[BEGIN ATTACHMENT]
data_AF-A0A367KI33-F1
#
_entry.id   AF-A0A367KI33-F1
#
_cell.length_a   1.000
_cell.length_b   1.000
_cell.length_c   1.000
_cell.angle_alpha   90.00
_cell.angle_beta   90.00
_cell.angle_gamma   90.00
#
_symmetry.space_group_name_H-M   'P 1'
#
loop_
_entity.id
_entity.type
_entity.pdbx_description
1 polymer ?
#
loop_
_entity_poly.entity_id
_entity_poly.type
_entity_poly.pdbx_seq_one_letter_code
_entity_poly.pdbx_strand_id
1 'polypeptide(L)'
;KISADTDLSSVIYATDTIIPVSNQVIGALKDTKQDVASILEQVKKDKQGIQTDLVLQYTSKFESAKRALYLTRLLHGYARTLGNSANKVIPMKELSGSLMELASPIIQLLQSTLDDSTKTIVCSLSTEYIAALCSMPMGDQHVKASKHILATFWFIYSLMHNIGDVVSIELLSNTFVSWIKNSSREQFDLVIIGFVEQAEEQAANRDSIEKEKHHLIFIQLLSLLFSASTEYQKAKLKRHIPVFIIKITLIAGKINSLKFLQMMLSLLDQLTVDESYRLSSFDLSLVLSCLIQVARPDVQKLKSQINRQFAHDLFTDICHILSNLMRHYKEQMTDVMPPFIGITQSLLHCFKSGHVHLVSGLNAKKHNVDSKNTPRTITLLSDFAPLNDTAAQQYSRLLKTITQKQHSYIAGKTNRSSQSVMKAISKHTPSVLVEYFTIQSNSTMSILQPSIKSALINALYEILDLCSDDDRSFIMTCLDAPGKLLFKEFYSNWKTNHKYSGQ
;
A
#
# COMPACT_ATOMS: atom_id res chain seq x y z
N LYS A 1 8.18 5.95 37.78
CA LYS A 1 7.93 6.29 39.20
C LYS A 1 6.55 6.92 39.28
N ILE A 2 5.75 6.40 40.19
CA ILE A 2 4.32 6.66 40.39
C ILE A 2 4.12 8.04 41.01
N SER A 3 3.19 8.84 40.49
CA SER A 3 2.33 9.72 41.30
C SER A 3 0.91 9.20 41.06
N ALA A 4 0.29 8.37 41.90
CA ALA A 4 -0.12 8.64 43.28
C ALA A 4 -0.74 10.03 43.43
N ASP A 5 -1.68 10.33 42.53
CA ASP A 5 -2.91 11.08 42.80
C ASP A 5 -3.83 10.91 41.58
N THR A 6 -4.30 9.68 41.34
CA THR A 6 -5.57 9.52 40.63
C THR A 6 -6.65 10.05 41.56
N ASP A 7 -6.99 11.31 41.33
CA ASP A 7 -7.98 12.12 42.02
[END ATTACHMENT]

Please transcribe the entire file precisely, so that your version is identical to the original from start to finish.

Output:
data_AF-A0A367KI33-F1
#
_entry.id   AF-A0A367KI33-F1
#
_cell.length_a   1.000
_cell.length_b   1.000
_cell.length_c   1.000
_cell.angle_alpha   90.00
_cell.angle_beta   90.00
_cell.angle_gamma   90.00
#
_symmetry.space_group_name_H-M   'P 1'
#
loop_
_entity.id
_entity.type
_entity.pdbx_description
1 polymer ?
#
loop_
_entity_poly.entity_id
_entity_poly.type
_entity_poly.pdbx_seq_one_letter_code
_entity_poly.pdbx_strand_id
1 'polypeptide(L)'
;KISADTDLSSVIYATDTIIPVSNQVIGALKDTKQDVASILEQVKKDKQGIQTDLVLQYTSKFESAKRALYLTRLLHGYARTLGNSANKVIPMKELSGSLMELASPIIQLLQSTLDDSTKTIVCSLSTEYIAALCSMPMGDQHVKASKHILATFWFIYSLMHNIGDVVSIELLSNTFVSWIKNSSREQFDLVIIGFVEQAEEQAANRDSIEKEKHHLIFIQLLSLLFSASTEYQKAKLKRHIPVFIIKITLIAGKINSLKFLQMMLSLLDQLTVDESYRLSSFDLSLVLSCLIQVARPDVQKLKSQINRQFAHDLFTDICHILSNLMRHYKEQMTDVMPPFIGITQSLLHCFKSGHVHLVSGLNAKKHNVDSKNTPRTITLLSDFAPLNDTAAQQYSRLLKTITQKQHSYIAGKTNRSSQSVMKAISKHTPSVLVEYFTIQSNSTMSILQPSIKSALINALYEILDLCSDDDRSFIMTCLDAPGKLLFKEFYSNWKTNHKYSGQ
;
A
#
# COMPACT_ATOMS: atom_id res chain seq x y z
N LYS A 1 8.18 5.95 37.78
CA LYS A 1 7.93 6.29 39.20
C LYS A 1 6.55 6.92 39.28
N ILE A 2 5.75 6.40 40.19
CA ILE A 2 4.32 6.66 40.39
C ILE A 2 4.12 8.04 41.01
N SER A 3 3.19 8.84 40.49
CA SER A 3 2.33 9.72 41.30
C SER A 3 0.91 9.20 41.06
N ALA A 4 0.29 8.37 41.90
CA ALA A 4 -0.12 8.64 43.28
C ALA A 4 -0.74 10.03 43.43
N ASP A 5 -1.68 10.33 42.53
CA ASP A 5 -2.91 11.08 42.80
C ASP A 5 -3.83 10.91 41.58
N THR A 6 -4.30 9.68 41.34
CA THR A 6 -5.57 9.52 40.63
C THR A 6 -6.65 10.05 41.56
N ASP A 7 -6.99 11.31 41.33
CA ASP A 7 -7.98 12.12 42.02